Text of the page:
King's Fianchetto Opening
The King's Fianchetto Opening or Benko's Opening (also known the Hungarian Opening, the Barcza Opening, and the Bilek Opening) is a chess opening characterized by the move:
- 1. g3
White's 1.g3 ranks as the fifth most popular opening move, but it is far less popular than 1.e4, 1.d4, 1.c4 and 1.Nf3. It is usually followed by 2.Bg2, fianchettoing the bishop. Nick de Firmian writes that 1.g3 "can, and usually does, transpose into almost any other opening in which White fianchettos his king's bishop". Included among these are the Catalan Opening, the King's Indian Attack and some variations of the English Opening. For this reason, the Encyclopaedia of Chess Openings has no specific code devoted to 1.g3. The move itself is classified under A00, but the numerous transpositional possibilities can result in various ECO codes.
While this opening has never been common, the Madras player Ghulam Kassim noted that "many of the Indian players commence their game in this way" in annotating the 1828 correspondence match between Madras and Hyderabad. The hypermodern player Richard Reti played 1.g3 several times at Baden-Baden in 1925, with mixed results. 1.g3 received renewed attention after Pal Benko used it to defeat Bobby Fischer and Mikhail Tal in the 1962 Candidates Tournament in Curaçao, part of the 1963 World Championship cycle. Benko used the opening the first eleven times he was White in the tournament.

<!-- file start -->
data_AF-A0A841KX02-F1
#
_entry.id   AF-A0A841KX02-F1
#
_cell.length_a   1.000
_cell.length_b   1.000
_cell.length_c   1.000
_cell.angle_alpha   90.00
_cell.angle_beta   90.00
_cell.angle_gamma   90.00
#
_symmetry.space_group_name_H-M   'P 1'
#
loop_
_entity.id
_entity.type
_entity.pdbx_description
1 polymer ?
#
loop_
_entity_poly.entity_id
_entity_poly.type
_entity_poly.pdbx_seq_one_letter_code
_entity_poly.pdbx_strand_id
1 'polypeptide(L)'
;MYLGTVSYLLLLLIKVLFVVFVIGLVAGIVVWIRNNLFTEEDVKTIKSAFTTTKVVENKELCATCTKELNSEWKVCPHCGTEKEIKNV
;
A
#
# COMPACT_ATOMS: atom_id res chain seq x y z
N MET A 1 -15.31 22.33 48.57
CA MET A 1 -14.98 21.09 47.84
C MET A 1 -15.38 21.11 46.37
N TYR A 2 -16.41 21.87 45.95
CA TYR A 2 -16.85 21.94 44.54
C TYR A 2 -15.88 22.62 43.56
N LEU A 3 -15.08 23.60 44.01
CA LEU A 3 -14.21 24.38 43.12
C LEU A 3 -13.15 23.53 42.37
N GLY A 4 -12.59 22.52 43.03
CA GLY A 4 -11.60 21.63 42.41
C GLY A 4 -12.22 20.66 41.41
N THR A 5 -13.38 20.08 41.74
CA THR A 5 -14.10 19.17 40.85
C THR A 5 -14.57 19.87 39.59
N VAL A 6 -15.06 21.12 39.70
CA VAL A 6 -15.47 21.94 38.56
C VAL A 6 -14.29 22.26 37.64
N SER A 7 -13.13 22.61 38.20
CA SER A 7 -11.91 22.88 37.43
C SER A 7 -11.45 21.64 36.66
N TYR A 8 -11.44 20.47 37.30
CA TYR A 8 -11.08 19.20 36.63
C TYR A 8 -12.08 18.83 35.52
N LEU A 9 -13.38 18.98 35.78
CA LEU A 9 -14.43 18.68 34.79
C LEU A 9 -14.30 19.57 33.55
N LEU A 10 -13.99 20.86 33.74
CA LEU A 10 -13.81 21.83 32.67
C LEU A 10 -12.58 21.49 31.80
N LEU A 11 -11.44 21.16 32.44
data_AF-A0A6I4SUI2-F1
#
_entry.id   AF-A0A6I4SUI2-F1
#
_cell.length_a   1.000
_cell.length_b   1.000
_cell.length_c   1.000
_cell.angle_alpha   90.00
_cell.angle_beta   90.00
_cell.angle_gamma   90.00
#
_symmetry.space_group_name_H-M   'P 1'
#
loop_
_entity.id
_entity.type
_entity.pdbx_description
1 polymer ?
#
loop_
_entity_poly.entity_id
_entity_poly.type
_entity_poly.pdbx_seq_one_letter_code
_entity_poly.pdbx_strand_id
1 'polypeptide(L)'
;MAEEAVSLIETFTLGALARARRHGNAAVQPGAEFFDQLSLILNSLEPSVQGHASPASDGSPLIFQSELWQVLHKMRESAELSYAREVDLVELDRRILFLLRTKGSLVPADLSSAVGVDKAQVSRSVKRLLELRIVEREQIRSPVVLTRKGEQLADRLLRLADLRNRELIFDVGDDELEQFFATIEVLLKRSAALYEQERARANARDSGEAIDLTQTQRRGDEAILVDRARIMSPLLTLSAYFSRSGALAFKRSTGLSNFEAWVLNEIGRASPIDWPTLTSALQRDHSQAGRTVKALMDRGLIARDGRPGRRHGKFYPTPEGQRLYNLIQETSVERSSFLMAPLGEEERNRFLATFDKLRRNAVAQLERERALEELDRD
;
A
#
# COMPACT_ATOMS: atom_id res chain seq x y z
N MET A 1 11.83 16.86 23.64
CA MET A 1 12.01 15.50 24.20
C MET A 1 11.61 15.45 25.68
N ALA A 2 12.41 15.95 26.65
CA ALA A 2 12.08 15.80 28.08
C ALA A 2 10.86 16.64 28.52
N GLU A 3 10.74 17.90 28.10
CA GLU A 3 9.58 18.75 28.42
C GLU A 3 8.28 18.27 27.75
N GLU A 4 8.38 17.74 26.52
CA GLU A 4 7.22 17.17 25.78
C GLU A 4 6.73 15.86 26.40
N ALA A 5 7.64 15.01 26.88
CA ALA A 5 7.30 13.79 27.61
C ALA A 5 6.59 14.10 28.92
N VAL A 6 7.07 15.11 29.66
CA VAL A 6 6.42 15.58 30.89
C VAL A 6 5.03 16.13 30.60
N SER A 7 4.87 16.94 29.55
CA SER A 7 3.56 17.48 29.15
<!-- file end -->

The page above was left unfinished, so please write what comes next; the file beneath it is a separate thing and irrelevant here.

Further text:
|This article uses algebraic notation to describe chess moves.|
The following lines are examples of the kinds of positions which can develop from the King's Fianchetto opening. Move order is flexible in each case.
King's Indian Attack
1.g3 d5 2.Bg2 Nf6 3.Nf3 c6 4.0-0 Bg4 5.d3 Nbd7 6.Nbd2 e5 7.e4 – Réti Opening, King's Indian Attack, Yugoslav Variation (ECO A07)
1.g3 g6 2.Bg2 Bg7 3.c4 e5 4.Nc3 d6 5.d3 f5 6.e4 Nf6 7.Nge2 Nc6 8.0-0 0-0 9.Nd5 – English Opening, Botvinnik System (ECO A26)
- Batsford's Modern Chess Openings, 15th Edition (2008), Nick De Firmian
- Encyclopaedia of Chess Openings, Volume A, Fourth Edition. Chess Informant.
- Gulam Kassim, Analysis of the Muzio Gambit and Match of Two Games at Chess between Madras and Hyderabad, Madras, 1829
- Mednis, Edmar (1994). How Karpov Wins. Courier Dover Publications.
- Timman, Jan (2005). Curaçao 1962: The Battle of Minds that Shook the Chess World. New in Chess. ISBN 978-90-5691-139-3.
|The Wikibook Chess Opening Theory has a page on the topic of: Benko's Opening|